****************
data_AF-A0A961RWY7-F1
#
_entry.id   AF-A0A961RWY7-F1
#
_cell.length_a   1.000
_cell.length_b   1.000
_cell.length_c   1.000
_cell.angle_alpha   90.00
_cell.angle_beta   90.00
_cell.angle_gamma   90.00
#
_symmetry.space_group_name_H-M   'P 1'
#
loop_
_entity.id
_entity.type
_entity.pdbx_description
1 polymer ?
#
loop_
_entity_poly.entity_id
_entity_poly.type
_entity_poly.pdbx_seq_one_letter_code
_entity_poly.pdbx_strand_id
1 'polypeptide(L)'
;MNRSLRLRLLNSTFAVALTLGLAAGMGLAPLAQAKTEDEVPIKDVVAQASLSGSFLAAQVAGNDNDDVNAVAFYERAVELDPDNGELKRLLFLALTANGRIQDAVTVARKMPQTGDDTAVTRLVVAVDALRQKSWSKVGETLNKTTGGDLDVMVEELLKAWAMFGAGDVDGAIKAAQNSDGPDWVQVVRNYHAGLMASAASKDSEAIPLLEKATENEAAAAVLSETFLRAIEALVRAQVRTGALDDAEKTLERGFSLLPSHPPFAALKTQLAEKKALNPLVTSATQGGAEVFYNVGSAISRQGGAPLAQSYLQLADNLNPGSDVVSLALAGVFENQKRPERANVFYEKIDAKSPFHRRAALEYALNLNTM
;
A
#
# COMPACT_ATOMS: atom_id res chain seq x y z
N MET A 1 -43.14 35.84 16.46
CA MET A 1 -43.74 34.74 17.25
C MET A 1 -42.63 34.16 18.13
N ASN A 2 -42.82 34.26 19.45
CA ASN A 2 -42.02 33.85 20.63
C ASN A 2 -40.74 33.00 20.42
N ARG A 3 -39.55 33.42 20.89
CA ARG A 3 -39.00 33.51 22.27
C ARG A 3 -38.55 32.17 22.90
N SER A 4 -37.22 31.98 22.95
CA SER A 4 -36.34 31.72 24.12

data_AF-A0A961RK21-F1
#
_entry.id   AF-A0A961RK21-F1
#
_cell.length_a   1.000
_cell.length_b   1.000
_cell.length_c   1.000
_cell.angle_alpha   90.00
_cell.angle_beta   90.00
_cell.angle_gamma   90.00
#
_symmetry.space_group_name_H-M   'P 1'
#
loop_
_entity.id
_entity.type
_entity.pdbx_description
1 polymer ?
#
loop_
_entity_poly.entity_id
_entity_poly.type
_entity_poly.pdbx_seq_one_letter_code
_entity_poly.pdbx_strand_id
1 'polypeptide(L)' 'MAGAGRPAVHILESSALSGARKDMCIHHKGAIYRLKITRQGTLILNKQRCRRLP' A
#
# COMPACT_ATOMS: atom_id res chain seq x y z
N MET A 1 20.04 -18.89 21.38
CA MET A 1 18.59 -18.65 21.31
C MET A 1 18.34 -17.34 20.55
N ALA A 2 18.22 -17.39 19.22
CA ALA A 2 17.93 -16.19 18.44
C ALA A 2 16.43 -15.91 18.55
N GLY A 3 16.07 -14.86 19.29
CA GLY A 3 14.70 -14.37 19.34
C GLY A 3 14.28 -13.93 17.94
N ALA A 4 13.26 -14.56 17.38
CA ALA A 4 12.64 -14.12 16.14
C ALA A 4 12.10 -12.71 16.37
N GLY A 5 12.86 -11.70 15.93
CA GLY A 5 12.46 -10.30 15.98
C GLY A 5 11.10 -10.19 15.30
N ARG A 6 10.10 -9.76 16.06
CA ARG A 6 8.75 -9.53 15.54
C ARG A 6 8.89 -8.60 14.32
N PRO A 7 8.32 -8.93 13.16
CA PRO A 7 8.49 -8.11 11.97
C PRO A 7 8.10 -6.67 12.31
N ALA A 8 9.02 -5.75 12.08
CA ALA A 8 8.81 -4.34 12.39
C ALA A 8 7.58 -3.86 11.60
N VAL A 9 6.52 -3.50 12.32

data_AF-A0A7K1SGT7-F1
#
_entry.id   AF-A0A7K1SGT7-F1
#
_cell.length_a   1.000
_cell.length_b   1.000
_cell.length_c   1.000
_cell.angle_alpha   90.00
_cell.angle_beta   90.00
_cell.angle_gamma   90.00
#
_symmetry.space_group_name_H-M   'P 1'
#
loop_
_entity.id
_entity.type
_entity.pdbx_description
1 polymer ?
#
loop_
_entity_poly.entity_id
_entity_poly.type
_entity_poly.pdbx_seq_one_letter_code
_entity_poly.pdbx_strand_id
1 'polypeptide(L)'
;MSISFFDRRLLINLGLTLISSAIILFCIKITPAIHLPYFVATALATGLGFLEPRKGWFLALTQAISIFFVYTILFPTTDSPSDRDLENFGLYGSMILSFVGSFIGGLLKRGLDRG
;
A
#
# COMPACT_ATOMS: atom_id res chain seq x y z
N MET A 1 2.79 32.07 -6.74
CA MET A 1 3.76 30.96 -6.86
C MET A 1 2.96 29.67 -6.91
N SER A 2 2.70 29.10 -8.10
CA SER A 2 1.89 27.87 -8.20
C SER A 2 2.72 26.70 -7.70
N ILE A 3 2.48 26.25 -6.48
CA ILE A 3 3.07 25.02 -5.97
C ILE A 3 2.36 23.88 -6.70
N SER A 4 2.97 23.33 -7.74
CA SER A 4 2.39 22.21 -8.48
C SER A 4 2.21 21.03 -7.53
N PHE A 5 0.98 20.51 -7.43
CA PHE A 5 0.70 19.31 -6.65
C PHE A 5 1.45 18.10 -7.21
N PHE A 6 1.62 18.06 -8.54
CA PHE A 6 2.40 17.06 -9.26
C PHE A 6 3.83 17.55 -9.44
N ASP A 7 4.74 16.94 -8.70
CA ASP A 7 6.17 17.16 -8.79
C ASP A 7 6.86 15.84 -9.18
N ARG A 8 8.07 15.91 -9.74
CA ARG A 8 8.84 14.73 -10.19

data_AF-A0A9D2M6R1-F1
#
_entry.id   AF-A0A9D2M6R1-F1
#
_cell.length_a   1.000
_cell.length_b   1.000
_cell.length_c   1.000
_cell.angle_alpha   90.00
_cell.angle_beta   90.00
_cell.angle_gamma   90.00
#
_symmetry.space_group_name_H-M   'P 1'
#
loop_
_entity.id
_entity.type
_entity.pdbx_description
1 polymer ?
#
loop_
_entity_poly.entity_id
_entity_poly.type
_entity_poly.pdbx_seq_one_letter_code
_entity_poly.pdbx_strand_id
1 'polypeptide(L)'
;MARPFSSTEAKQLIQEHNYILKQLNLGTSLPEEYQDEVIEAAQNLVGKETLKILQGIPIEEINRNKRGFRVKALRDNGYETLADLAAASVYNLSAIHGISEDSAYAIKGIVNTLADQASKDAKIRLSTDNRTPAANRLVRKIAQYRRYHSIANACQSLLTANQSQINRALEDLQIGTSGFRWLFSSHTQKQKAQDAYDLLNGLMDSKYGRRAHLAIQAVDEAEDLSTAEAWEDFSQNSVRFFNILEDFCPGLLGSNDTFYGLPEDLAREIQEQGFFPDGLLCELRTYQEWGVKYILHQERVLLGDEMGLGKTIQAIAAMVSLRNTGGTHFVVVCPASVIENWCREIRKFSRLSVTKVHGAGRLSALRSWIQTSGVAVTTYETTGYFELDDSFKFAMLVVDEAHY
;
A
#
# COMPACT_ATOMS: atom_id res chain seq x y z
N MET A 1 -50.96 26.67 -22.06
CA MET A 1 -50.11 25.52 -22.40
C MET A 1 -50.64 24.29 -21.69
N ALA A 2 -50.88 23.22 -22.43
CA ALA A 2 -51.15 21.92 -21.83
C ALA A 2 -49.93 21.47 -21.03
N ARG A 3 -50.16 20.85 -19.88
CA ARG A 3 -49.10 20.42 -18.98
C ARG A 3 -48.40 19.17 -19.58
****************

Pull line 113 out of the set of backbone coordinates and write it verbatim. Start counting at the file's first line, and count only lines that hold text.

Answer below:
loop_